Yesterday I went to Marlene Dumas exhibition at Tate Modern. The exhibition covered Duma’s entire career and it is organized by chronology. I discovered this painter some weeks ago and was delighted with her work. Marlene was born in South Africa in 1953. Her paintings explore themes such as sexuality, death and shame, making reference to art history, popular culture and her life. A lot of people don’t like her work because her portraits are strong and a bit disturbing.
The name of this painting is “Fingers” and was done in 1999. It is a part of the collection called “The amoral touch”. At the first moment that I saw this image, I was a bit shocked but then I started to ask myself why. In a lot of countries, women’s masturbation is tabu. Many girls feel embarrassed talking about this topic. In the other hand, men’s masturbation is considered an ordinary attitude. This kind of thinking was created by the culture of machismo to repress women’s desire and their own feelings. After this quick reflection, I started to like this art. Only a brave woman can do this canvas in a sexist society in order to question the need to repress women’s desire. There are a lot of ways to change this kind of thinking. One of them is art. This portrait impacts the spectators, either in a good or in a bad sense. The important thing is trying do something different to create a new feeling in others and attempt to start a process of change in society.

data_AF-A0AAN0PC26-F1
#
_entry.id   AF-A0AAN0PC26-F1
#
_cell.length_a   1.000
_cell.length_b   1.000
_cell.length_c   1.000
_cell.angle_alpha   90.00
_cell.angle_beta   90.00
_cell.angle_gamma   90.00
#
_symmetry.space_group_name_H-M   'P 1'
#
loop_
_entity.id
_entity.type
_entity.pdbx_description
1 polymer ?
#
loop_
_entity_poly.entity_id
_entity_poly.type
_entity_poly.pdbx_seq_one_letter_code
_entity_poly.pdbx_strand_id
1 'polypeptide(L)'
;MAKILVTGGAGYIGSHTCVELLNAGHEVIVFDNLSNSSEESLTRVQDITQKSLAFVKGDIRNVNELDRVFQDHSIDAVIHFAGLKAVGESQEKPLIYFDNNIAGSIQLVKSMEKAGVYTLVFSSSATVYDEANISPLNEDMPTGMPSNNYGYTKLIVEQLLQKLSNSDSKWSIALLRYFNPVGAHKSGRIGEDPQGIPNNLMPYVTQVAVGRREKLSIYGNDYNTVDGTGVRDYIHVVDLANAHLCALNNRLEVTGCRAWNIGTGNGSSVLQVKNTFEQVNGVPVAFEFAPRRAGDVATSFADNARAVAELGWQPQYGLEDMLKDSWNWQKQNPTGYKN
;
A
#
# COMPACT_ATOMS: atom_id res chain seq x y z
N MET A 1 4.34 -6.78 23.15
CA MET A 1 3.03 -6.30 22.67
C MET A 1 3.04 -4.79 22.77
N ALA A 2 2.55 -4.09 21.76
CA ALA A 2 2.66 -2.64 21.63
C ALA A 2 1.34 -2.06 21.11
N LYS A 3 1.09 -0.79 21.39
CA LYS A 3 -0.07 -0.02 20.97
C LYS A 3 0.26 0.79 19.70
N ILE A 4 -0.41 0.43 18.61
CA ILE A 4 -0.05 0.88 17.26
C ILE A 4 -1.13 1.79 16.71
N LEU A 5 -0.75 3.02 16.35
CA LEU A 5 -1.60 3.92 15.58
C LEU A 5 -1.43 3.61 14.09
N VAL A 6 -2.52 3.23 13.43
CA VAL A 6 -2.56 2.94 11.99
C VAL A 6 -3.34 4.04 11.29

At the end of the exhibition, I selected this portrait as my favorite one. In this painting, Dumas tried to represent South Africa and all its citizens. This black man has a facial expression that can awake the feeling of recognition in everyone. As women, I feel his fragility. The same feeling that I have when I try to take my place in society. The blue in his front reminds me of freedom. Freedom is a fight that I will never give up, neither as a woman nor as a person because everyone has the right to make their own choices.